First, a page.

Glossary of 95. Microbiology p217
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- Antigen Variation
- P. 217
- What is antigenic variation?
- When pathogens change their proteins (surface, flagellar, etc) so that they can escape the immune system's antibodies.
- What are two mechanisms of antigenic shift?
- DNA re-arrangement, and RNA re-arrangement
- What type of antigenic shift does Borrelia have?
- It changes it's surface proteins and causes replacing fevers - each new fever corresponds to new growth of the bacteria due to new antigens.
- What bacteria has antigenic shift in its flagella?
- Salmonella has two types of flagella, and it can shift between them.
- What type of shifting does n. Gonorrhea undergo?
- There is DNA recombinations that cause its pillus to be hypervariable.
- African sleeping sickness is caused by what bacteria?
- Trypanosome brucie
- What kind of antigen shift does t. Brucie have?
- The Trypanosomes shift the proteins on their membranes in a cyclic, pre-programmed manner, leading to cyclic fevers.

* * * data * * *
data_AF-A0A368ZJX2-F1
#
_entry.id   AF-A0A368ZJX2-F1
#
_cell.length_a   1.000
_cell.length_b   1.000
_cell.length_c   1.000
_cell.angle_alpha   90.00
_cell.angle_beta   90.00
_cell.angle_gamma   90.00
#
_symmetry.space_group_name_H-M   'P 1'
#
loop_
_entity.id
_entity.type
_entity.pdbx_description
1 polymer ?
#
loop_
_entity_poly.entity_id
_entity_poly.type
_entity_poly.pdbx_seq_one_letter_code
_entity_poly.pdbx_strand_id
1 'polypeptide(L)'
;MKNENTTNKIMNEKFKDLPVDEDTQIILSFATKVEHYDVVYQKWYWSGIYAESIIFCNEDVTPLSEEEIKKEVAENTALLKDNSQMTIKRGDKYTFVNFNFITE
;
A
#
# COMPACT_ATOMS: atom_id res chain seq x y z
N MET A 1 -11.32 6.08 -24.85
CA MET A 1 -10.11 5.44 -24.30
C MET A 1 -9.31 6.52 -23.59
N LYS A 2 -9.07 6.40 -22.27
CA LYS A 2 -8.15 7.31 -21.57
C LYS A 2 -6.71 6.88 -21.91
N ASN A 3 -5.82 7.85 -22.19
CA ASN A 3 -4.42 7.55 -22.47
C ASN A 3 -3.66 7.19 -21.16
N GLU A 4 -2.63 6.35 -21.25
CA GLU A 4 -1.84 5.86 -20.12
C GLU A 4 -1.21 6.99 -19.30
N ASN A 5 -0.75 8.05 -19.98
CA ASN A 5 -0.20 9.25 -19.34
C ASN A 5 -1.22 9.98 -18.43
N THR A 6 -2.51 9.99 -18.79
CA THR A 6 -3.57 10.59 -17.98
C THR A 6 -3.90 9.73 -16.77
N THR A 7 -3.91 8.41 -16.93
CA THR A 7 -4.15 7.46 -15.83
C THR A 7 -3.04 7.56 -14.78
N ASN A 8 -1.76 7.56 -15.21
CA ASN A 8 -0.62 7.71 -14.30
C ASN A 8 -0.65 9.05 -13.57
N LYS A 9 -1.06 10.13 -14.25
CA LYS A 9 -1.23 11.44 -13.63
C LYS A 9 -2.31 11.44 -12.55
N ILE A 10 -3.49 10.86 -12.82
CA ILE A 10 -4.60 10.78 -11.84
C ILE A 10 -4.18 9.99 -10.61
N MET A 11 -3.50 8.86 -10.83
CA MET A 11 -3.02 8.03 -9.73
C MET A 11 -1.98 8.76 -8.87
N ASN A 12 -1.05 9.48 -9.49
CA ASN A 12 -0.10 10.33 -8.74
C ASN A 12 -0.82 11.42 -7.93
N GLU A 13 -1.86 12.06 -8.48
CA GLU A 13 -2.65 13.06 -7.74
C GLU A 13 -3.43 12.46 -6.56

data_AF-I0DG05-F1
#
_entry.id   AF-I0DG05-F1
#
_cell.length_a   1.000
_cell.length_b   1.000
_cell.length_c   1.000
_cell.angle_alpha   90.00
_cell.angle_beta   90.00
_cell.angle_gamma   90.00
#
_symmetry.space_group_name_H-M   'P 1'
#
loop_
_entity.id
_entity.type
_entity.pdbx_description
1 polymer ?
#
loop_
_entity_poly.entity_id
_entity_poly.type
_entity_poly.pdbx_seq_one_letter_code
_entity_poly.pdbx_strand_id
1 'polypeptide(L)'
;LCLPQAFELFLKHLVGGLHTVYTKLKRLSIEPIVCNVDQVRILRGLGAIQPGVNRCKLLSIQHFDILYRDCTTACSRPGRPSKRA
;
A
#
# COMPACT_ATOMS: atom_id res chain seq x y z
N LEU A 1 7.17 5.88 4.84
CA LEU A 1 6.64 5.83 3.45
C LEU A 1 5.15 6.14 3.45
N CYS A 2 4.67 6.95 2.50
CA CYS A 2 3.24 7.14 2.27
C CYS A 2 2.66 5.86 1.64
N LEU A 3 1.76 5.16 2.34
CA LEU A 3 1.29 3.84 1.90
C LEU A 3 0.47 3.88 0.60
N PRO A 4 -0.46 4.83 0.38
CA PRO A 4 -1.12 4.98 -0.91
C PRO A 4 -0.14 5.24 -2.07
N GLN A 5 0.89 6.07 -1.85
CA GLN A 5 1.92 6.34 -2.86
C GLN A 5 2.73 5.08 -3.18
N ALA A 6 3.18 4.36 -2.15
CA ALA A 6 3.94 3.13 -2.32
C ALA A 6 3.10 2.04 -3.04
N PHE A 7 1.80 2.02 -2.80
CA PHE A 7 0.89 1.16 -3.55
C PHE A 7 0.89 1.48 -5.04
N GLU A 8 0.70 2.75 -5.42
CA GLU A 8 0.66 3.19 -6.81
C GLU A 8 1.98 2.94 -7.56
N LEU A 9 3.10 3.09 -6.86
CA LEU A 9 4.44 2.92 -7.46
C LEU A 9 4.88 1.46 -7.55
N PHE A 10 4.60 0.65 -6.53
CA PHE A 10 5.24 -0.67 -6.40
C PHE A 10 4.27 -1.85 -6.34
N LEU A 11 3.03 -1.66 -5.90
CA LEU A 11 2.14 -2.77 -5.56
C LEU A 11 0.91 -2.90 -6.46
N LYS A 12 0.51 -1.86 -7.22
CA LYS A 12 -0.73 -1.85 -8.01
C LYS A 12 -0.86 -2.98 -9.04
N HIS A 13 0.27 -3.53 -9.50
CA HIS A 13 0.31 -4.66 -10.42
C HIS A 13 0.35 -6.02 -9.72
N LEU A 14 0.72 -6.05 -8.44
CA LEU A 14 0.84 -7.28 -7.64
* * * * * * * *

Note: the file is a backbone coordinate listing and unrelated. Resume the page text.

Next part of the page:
- Influenza has both antigenic shift and antigenic drift. What is the difference between the two?
- Drift is a minor change in surface glycoproteins that allows new stains of flu to avoid host defense. Shift is a major change where new surface proteins are created.
- What is the mechanism of antigenic shift in influenza?
- when two types of flu infect the same cell and trade pieces of RNA new proteins are made.
- P. 217
- ANA is associated with?
- What is specific for SLE
- anti ds-DNA, anti-Smith
- What is associated with drug-induced lupus?
- What is Rheumatoid Factor
- anti-IgG, associated with Rhematoid arthritis
- What is Anti-neurophil associated with?
- What indicates CREST scleroderma?
- Anti-centromere antibody
- what is anti-mitochondrial associated with?
- primary billiary cirrosis
- What indicates celaic sprue?
- anti-gliaden antibodies
- What is anti-basement membrane associated with?
- Goodpasture's syndrome
- What indicates pemphigus vulgaris?
- anti-epithelial antibodies
- What is anti-microsomal associated with?
- Hashimoto's thryroiditis
- Transplant Rejection
- P. 217
- What is hyperacute rejection?
- This occurs when the host has pre-formed antibodies to the donor
- How fast does this occur?
- Within minutes of the transplant
- Can it be controlled?
- No - the damage is permenant.
- What is acute rejection?
- a cell mediated type II cytotoxic response that occurs in the weeks following the rejection
- What molecule causes this reaction?
- the foreign MHC on the transplant
- What is chronic rejection?
- Antibody mediated vascular necrosis that happens over months/years
- What is graft-versus-host disease?
- This occurs when graft T-cells proliferate in the immune-suppressed host and attack the host cells as foreign.
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